A Lesson Learned From A Topless Dancer



The Payson Roundup is a community newspaper, but are there segments of the community that we should never discuss?

On the surface, that seemed to be what a few people were suggesting as the Letters to the Editor, the phone calls and the e-mails rolled in responding to a front page profile of a topless dancer.

The story was an attempt to show readers a part of the community that rarely gets attention. We wanted to answer the questions: Who chooses to make a living as a stripper? And why?

Whether we want to discuss it or not, the truth is that we live in a town and in a society where a woman can make more money in a weekend taking off her shirt than she can as a schoolteacher.

The dancers at Pete's Place also represent an interesting economic trend. While hundreds of workers commute to the Valley for better paying jobs, this handful of women commute in the opposite direction to Payson where there is money to be made.

As I talked to callers who were upset about the story, they did not argue these points. Though a few were upset that the story ran at all, most had more specific complaints.

First, many were bothered by the placement of the story on the front page.

As I listened, my eyes were opened to the significance many put on the front page.

Beyond the editorial page, the front page is probably the most subjective thing in the newspaper.

Given the same list of stories, different editors will create completely different front pages. I choose stories that have impact on the community -- politically or otherwise -- stories that I find fascinating or compelling, and stories that come with good photos.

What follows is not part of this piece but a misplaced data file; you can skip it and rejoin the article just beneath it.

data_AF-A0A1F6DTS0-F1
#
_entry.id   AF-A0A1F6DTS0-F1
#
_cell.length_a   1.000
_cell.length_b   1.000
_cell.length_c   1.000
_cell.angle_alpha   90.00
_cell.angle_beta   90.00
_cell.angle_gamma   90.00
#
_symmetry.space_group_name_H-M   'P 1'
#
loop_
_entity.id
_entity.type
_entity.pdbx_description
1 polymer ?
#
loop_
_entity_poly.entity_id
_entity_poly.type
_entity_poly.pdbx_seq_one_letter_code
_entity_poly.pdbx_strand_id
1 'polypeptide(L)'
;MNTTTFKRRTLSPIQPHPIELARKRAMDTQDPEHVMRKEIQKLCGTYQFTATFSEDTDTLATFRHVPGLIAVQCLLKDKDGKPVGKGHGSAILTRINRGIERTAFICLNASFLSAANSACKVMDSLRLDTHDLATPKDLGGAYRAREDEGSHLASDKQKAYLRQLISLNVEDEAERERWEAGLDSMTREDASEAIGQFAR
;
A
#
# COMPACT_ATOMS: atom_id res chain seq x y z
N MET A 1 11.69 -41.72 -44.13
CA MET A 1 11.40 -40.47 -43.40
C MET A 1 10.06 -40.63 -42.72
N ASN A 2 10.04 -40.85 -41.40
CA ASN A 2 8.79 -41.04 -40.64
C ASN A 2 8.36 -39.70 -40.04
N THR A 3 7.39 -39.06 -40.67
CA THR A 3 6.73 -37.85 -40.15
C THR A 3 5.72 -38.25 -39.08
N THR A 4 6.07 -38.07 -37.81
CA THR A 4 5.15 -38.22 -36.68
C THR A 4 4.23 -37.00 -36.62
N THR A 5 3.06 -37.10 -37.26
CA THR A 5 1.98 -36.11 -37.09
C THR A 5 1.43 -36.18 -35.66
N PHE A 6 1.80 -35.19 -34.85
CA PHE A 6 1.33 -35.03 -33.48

I put the dancer story on the front page for the last two reasons.

I asked callers if they would have seen the story differently if it had been placed on another page in the paper, perhaps on the cover of the Living section, and they said, "yes."

Secondly, they worried about the tone of the article -- that it glorified a profession in which they would not want their daughters involved.

That was not our intention. We did not write the article to encourage others to join the profession, rather to shed light on it for a moment so people could better understand it.

As a reporter, whose job is to be objective, I'm not sure where the writer could have interjected judgment of the person or profession.

There was one paragraph that seemed to show me the larger reality of the dancer's world. It was the moment when the Pete's Place manager talked about the guards that are provided to the girls as they walk home and the security that is offered to them through the night.

This week was a lesson for me. I know Payson better than I did a week ago. I understand the values that many hold and the boundaries of what many believe is acceptable.

But I will also say, that I was proud of my reporter for searching out a story that was not easy to get and I will continue to encourage my staff to search for stories that go beyond what you expect.

As a newspaper it is our job to build a relationship with the community by being a part of it, and yet also being an objective eye. We must be in the middle of things and also be walking the perimeter.

We walk a fine line between showing you parts of our community we may not want to see, while also presenting an image that in some way reflects the way we see ourselves.

In a community where religion is a large part of many reader's lives, I would not put a story about a topless dancer on the front page of the paper again. But I would not be afraid to run it.

As always, call or e-mail me with your thoughts. This is a learning process and I no one learns in a vacuum. Call 474-5251 ext. 115 or e-mail editor@payson.com.

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